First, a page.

Flows field centre open day success
Forsinard was busier last Saturday than it has been for many a year, with the open day for the new field centre. Over 180 people turned up to "have a nosey" around the new building and take part in different activities.
The field centre has been built as part of the Heritage Lottery funded Flows to the Future Project, a Peatlands Partnership initiative for which RSPB Scotland is the lead.
Project Manager Caroline Eccles said "We were very pleased by the response to our open day on Saturday, and delighted to welcome old friends and new from all across Sutherland and Caithness. The open day was the culmination of a year-long construction project and marks a new beginning for conservation and education work in the Flows."
Each part of the new building was used for different activities on Saturday, to enable people to have a good look around. The new education room, which will be used by visiting school, youth and university groups, was packed out with people watching the new "Flow Country" film and exploring the recently completed 3D landscape model.
Meanwhile the small field laboratory was the place to find out about the science happening in the Flows, with the Thurso Environmental Research Institute giving people the chance to see and handle peat cores. For the arty visitor, there was a chance to learn wildlife drawing skills in the new volunteer social area.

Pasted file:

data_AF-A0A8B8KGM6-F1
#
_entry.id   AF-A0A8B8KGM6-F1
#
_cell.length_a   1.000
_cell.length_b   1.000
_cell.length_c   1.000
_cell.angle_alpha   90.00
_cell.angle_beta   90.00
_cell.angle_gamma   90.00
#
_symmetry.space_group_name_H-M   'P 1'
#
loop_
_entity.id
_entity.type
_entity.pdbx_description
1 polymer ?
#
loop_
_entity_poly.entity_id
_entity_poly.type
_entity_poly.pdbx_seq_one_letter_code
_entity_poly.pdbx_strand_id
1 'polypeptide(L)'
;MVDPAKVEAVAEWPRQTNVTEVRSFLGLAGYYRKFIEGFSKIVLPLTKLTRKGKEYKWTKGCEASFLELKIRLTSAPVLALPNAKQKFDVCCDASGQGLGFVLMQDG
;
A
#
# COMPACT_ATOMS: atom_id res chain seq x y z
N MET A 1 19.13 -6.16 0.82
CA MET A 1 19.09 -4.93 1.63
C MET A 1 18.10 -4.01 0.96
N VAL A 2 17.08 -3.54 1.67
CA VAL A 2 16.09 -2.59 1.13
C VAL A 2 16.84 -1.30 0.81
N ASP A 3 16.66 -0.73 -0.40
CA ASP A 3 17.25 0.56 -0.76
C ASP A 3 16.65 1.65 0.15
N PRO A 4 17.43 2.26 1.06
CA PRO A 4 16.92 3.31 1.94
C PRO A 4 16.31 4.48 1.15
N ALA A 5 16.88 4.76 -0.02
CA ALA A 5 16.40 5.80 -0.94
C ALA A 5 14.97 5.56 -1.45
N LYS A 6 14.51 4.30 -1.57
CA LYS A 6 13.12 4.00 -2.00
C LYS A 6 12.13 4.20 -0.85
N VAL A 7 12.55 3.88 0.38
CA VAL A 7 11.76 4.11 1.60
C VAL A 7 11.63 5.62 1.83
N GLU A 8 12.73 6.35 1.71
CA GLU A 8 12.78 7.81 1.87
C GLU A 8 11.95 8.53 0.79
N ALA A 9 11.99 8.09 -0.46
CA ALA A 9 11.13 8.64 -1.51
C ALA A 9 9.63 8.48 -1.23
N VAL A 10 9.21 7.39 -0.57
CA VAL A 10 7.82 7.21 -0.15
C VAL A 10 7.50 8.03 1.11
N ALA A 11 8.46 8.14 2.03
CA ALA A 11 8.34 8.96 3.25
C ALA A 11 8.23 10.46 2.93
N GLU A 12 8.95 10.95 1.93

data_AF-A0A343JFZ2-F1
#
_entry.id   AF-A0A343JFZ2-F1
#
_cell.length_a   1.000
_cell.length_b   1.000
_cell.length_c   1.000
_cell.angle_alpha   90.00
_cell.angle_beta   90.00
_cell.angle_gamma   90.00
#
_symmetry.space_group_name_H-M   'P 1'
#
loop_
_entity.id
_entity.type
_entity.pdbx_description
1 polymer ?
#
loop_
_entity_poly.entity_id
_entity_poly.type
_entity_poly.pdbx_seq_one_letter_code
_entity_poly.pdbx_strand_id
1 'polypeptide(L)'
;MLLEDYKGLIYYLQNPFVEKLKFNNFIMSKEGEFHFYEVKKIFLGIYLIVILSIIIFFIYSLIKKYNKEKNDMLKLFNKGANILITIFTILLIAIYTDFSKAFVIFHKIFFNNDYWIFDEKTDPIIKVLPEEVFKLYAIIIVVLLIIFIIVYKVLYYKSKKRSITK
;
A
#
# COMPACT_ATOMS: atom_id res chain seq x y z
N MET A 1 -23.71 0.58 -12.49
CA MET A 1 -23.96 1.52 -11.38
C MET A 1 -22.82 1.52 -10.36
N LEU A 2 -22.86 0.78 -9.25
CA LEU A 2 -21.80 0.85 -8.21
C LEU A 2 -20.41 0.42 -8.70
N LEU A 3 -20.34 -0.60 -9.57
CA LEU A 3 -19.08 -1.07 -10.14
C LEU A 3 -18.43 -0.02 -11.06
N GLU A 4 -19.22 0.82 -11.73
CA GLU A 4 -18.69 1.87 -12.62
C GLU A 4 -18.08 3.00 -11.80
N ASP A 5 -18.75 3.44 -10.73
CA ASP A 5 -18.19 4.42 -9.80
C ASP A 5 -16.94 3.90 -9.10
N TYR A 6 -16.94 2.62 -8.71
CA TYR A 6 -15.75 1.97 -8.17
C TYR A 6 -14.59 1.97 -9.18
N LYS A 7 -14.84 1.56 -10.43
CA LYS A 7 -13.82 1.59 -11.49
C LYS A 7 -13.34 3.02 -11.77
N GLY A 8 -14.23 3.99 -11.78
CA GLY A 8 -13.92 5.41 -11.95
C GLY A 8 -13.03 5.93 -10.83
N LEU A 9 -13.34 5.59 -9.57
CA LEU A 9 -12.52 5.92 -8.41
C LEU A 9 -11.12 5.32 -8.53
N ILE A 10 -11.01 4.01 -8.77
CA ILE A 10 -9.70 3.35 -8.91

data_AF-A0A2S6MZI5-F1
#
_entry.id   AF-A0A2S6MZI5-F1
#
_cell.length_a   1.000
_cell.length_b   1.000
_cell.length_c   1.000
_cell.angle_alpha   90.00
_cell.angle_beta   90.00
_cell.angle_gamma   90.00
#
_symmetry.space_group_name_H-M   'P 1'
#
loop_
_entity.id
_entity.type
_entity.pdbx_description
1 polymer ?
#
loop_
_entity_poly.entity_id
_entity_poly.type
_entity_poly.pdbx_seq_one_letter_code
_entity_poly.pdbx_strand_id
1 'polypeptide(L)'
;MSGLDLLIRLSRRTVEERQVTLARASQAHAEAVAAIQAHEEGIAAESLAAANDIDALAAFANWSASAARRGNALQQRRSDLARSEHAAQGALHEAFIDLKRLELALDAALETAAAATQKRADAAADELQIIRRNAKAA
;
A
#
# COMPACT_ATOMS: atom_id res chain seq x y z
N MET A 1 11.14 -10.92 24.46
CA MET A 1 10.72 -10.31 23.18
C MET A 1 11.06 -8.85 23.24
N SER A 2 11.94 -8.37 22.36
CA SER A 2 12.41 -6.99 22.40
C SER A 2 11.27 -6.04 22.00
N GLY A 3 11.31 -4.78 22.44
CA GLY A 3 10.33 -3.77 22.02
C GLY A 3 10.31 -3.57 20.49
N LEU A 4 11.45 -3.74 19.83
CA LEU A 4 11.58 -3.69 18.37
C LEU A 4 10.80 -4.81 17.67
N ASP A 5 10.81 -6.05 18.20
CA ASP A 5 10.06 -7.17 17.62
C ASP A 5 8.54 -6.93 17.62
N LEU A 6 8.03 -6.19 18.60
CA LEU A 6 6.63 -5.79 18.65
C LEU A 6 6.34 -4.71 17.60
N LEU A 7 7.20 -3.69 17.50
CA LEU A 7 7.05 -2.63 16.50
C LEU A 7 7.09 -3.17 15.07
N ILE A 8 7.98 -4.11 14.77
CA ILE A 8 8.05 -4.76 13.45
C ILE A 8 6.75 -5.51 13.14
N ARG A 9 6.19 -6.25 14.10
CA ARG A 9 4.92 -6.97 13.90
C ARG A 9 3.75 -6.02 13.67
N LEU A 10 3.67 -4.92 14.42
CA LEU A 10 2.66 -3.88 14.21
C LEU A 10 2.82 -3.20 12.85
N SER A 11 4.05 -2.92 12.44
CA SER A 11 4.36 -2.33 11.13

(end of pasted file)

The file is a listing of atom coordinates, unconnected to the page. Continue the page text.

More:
Perhaps the most popular room was the new office, where plenty of tea and cake was available, while people chatted about the ongoing work at Forsinard. Nowhere was out of bounds, and people were encouraged to visit the accommodation. This includes five bedrooms for long term volunteers, and sixteen beds for short term visitors. These could be volunteers, school and youth groups or visiting scientists, all engaged in finding out more about the Flows.
Outside, many people took advantage of the great weather to go on a guided walk to the Flows Lookout.
Amongst the visitors was Highland Councillor George Farlow. He said: "It's great to see this amazing building coming to fruition. The large west facing windows fill it with light. It's an interesting layout inside too, a bit like the TARDIS - bigger on the inside that it is on the outside! It would be a lovely place to stay if you were working or studying in the Flow Country."
The field centre was designed by Colin Armstrong Associates and built by local firm O Brien Construction from Thurso. The vast majority of the furniture and fittings have been supplied by local firms, predominantly based in Thurso.
The building has been designed on Passivhaus principles, which means that it is very airtight and energy use will be minimised. The heating system is a biomass boiler run on wood chip, which is supplied by a local social enterprise. The field centre has also been designed so as to minimise its impact on the landscape, being on the site of a former house and being set into the hill side.
The building will enable a step change in the opportunities for volunteering in the Flow Country, as well as providing facilities for visiting school, youth and university groups and researchers. It also provides much needed new offices for the RSPB Forsinard staff and Flows to the Future Project staff.